DIY Biology: Manchester gains funding for innovative new “citizen science” partnership

University scientists and community technologists have teamed up to win funding for an exciting new scientific initiative. Funded by the Wellcome Trust, and based at the MadLab community space, the 12 month Manchester DIYBio project will create an innovative “citizen science” community, with the aim of enabling wider participation in biological research. Amateur scientists will collaborate with researchers from Manchester Metropolitan University (MMU) on a wide range of experiments, ranging from a “Manchester Microbe Map” to a survey of the region’s ponds, and a mystery “mega-project”…

Conceived and organised by Hwa Young Jung and Asa Calow from Madlab, and Dr Martyn Amos and Dr Naomi Jacobs from MMU, the project has just been awarded funding of £29,705 from the Wellcome Trust Engaging Science scheme.

“The Trust was particularly impressed by the innovative nature of the proposal, and by our previous track record in public engagement at MMU,” explains Dr Amos. “They also pointed out that an organisation such as the MadLab is really well-placed to explore the new idea of ‘citizen science’, so I think that our genuinely novel collaboration was key to the success of the proposal.”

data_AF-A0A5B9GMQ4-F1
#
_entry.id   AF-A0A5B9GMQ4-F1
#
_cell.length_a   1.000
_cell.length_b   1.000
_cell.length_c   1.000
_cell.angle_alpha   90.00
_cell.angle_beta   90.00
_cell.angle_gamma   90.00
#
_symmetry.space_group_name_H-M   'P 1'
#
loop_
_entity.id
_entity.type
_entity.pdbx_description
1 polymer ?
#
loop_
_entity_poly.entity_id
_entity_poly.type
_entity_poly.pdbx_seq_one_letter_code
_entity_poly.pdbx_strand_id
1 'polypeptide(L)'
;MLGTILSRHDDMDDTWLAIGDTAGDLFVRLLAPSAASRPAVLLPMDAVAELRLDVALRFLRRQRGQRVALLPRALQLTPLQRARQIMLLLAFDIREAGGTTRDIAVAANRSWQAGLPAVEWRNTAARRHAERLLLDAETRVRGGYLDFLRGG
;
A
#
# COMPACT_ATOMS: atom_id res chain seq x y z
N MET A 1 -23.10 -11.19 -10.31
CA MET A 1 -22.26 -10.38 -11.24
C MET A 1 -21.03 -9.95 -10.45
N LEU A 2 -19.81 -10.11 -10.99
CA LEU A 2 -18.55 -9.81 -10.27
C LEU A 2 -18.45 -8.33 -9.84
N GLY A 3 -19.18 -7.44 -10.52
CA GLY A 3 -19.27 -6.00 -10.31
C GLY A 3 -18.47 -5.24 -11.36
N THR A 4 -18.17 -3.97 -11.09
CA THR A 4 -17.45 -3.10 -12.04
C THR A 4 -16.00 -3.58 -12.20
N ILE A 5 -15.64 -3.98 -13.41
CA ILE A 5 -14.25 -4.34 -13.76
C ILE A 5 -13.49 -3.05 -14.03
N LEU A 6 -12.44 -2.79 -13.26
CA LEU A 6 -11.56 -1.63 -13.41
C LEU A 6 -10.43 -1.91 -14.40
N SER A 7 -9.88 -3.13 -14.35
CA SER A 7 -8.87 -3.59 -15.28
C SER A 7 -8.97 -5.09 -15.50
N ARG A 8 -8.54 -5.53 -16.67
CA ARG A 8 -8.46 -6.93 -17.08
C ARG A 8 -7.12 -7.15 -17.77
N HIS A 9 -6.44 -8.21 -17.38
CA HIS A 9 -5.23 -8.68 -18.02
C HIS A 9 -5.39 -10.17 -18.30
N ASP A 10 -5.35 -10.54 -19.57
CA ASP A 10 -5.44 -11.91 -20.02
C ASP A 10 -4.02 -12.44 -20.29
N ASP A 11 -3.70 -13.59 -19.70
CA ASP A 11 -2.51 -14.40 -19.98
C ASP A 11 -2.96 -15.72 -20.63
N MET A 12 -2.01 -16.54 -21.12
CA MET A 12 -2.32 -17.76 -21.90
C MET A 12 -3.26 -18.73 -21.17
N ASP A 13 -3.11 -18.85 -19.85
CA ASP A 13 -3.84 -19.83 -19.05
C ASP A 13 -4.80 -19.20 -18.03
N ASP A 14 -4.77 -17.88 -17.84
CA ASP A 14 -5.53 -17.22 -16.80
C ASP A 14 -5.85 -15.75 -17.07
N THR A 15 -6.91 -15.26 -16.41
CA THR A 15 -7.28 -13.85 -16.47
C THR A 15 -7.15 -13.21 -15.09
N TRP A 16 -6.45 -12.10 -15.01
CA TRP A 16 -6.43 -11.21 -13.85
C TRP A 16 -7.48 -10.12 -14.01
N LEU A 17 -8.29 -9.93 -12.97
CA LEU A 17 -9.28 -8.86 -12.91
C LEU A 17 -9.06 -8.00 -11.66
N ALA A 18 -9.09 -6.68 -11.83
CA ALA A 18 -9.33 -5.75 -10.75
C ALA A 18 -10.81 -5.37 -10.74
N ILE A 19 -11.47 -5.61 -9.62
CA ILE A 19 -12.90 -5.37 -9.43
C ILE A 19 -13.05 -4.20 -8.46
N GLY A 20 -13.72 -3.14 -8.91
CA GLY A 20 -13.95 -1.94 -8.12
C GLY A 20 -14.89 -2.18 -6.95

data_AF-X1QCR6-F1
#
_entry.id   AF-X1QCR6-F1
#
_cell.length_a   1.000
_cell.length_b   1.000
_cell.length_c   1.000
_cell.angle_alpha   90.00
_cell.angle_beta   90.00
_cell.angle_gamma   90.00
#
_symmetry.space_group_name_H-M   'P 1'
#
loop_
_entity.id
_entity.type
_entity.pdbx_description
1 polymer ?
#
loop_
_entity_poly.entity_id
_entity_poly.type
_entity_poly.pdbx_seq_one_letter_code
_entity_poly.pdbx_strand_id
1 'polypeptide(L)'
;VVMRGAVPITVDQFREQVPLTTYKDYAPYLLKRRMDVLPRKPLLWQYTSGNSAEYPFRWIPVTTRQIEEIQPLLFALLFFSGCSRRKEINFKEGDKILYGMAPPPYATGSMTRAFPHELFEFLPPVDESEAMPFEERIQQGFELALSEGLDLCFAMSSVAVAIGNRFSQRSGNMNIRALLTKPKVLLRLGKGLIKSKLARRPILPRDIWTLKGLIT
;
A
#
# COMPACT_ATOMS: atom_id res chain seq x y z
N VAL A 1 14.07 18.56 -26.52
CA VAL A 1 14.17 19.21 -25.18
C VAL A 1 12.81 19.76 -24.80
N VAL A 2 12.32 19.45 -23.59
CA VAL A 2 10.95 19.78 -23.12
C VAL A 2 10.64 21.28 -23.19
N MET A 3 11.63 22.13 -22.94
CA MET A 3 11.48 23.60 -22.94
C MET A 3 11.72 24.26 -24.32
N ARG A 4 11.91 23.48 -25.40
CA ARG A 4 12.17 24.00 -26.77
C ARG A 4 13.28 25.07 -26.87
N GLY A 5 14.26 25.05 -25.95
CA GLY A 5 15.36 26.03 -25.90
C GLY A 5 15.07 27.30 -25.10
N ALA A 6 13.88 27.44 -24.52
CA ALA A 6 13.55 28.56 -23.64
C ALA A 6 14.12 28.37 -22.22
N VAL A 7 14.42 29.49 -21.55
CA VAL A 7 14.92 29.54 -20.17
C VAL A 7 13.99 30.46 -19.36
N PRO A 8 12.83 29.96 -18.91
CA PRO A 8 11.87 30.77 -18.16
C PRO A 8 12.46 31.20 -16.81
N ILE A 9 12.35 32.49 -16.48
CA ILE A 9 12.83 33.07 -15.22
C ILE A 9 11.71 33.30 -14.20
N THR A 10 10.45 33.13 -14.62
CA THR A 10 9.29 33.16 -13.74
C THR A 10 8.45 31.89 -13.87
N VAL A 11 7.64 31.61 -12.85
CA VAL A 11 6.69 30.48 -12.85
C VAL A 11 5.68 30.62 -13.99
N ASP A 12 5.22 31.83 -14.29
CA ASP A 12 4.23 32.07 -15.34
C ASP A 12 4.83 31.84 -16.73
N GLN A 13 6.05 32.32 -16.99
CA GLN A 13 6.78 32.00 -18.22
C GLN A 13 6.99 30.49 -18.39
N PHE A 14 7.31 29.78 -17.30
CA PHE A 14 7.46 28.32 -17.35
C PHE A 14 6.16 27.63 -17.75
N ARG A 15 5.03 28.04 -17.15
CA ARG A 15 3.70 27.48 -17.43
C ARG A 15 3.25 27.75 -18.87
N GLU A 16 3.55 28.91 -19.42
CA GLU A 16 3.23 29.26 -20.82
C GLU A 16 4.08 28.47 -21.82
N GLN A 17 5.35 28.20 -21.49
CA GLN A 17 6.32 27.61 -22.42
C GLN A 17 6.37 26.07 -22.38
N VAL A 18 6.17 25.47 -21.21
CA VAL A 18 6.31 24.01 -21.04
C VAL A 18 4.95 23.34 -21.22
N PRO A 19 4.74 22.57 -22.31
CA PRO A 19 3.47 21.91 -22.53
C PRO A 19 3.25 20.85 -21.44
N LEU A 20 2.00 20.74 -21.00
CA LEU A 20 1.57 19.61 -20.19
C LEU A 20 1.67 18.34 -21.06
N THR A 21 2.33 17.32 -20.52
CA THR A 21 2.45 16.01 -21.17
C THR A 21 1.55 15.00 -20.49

Dr Martyn Amos may be contacted by email m.amos@mmu.ac.uk

Manchester Metropolitan University is a leading university for the professions and a powerful driver of the North West economy. MMU educates and trains large numbers of the region’s legal and business professionals, teachers, health workers and creative professionals. The University enjoys an excellent reputation for teaching, applied research and project work with its communities and the North West, nationally and internationally. It is currently investing almost £300 million in its estate and facilities.

The Wellcome Trust is a global charitable foundation dedicated to achieving extraordinary improvements in human and animal health. It supports the brightest minds in biomedical research and the medical humanities. The Trust’s breadth of support includes public engagement, education and the application of research to improve health. It is independent of both political and commercial interests.

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